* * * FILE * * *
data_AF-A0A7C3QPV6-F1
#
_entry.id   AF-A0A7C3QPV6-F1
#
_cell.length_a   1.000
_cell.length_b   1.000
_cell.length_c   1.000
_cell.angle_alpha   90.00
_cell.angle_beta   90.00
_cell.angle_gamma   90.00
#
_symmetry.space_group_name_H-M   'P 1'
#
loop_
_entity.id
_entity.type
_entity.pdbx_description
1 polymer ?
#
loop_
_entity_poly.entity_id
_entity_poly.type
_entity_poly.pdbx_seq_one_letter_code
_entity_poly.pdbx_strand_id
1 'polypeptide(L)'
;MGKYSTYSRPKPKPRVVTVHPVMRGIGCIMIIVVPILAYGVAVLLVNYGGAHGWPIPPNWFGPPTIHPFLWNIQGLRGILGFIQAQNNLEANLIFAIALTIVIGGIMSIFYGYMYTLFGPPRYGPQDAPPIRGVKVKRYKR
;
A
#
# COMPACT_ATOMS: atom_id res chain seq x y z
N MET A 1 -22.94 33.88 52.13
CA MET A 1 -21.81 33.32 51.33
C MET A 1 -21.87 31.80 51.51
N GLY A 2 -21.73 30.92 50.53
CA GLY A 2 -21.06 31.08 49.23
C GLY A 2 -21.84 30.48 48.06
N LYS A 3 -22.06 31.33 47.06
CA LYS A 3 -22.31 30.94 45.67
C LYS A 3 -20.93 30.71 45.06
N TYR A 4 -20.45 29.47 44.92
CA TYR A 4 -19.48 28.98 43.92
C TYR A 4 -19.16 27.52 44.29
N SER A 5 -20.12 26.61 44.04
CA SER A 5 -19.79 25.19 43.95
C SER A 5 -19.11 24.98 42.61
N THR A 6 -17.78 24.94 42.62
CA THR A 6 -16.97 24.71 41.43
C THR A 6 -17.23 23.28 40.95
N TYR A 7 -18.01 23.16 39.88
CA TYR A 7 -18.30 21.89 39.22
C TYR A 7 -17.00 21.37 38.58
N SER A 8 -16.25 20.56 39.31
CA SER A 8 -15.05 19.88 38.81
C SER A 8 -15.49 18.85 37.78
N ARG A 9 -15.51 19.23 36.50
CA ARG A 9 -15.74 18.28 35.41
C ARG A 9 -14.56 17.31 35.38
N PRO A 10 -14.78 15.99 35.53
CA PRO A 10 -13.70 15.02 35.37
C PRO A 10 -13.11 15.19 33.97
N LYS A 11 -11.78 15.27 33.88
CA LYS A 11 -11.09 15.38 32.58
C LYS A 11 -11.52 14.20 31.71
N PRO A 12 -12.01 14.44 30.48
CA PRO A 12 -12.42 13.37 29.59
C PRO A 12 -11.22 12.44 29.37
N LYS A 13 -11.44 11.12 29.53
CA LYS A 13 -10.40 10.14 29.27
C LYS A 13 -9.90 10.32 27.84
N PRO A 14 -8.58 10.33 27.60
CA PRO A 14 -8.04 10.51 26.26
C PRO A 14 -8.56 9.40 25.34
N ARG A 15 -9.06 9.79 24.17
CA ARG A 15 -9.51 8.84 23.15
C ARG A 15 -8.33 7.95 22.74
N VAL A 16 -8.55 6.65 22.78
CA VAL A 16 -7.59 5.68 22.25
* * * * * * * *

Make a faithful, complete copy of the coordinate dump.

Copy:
data_AF-A0A7C3QPV6-F1
#
_entry.id   AF-A0A7C3QPV6-F1
#
_cell.length_a   1.000
_cell.length_b   1.000
_cell.length_c   1.000
_cell.angle_alpha   90.00
_cell.angle_beta   90.00
_cell.angle_gamma   90.00
#
_symmetry.space_group_name_H-M   'P 1'
#
loop_
_entity.id
_entity.type
_entity.pdbx_description
1 polymer ?
#
loop_
_entity_poly.entity_id
_entity_poly.type
_entity_poly.pdbx_seq_one_letter_code
_entity_poly.pdbx_strand_id
1 'polypeptide(L)'
;MGKYSTYSRPKPKPRVVTVHPVMRGIGCIMIIVVPILAYGVAVLLVNYGGAHGWPIPPNWFGPPTIHPFLWNIQGLRGILGFIQAQNNLEANLIFAIALTIVIGGIMSIFYGYMYTLFGPPRYGPQDAPPIRGVKVKRYKR
;
A
#
# COMPACT_ATOMS: atom_id res chain seq x y z
N MET A 1 -22.94 33.88 52.13
CA MET A 1 -21.81 33.32 51.33
C MET A 1 -21.87 31.80 51.51
N GLY A 2 -21.73 30.92 50.53
CA GLY A 2 -21.06 31.08 49.23
C GLY A 2 -21.84 30.48 48.06
N LYS A 3 -22.06 31.33 47.06
CA LYS A 3 -22.31 30.94 45.67
C LYS A 3 -20.93 30.71 45.06
N TYR A 4 -20.45 29.47 44.92
CA TYR A 4 -19.48 28.98 43.92
C TYR A 4 -19.16 27.52 44.29
N SER A 5 -20.12 26.61 44.04
CA SER A 5 -19.79 25.19 43.95
C SER A 5 -19.11 24.98 42.61
N THR A 6 -17.78 24.94 42.62
CA THR A 6 -16.97 24.71 41.43
C THR A 6 -17.23 23.28 40.95
N TYR A 7 -18.01 23.16 39.88
CA TYR A 7 -18.30 21.89 39.22
C TYR A 7 -17.00 21.37 38.58
N SER A 8 -16.25 20.56 39.31
CA SER A 8 -15.05 19.88 38.81
C SER A 8 -15.49 18.85 37.78
N ARG A 9 -15.51 19.23 36.50
CA ARG A 9 -15.74 18.28 35.41
C ARG A 9 -14.56 17.31 35.38
N PRO A 10 -14.78 15.99 35.53
CA PRO A 10 -13.70 15.02 35.37
C PRO A 10 -13.11 15.19 33.97
N LYS A 11 -11.78 15.27 33.88
CA LYS A 11 -11.09 15.38 32.58
C LYS A 11 -11.52 14.20 31.71
N PRO A 12 -12.01 14.44 30.48
CA PRO A 12 -12.42 13.37 29.59
C PRO A 12 -11.22 12.44 29.37
N LYS A 13 -11.44 11.12 29.53
CA LYS A 13 -10.40 10.14 29.27
C LYS A 13 -9.90 10.32 27.84
N PRO A 14 -8.58 10.33 27.60
CA PRO A 14 -8.04 10.51 26.26
C PRO A 14 -8.56 9.40 25.34
N ARG A 15 -9.06 9.79 24.17
CA ARG A 15 -9.51 8.84 23.15
C ARG A 15 -8.33 7.95 22.74
N VAL A 16 -8.55 6.65 22.78
CA VAL A 16 -7.59 5.68 22.25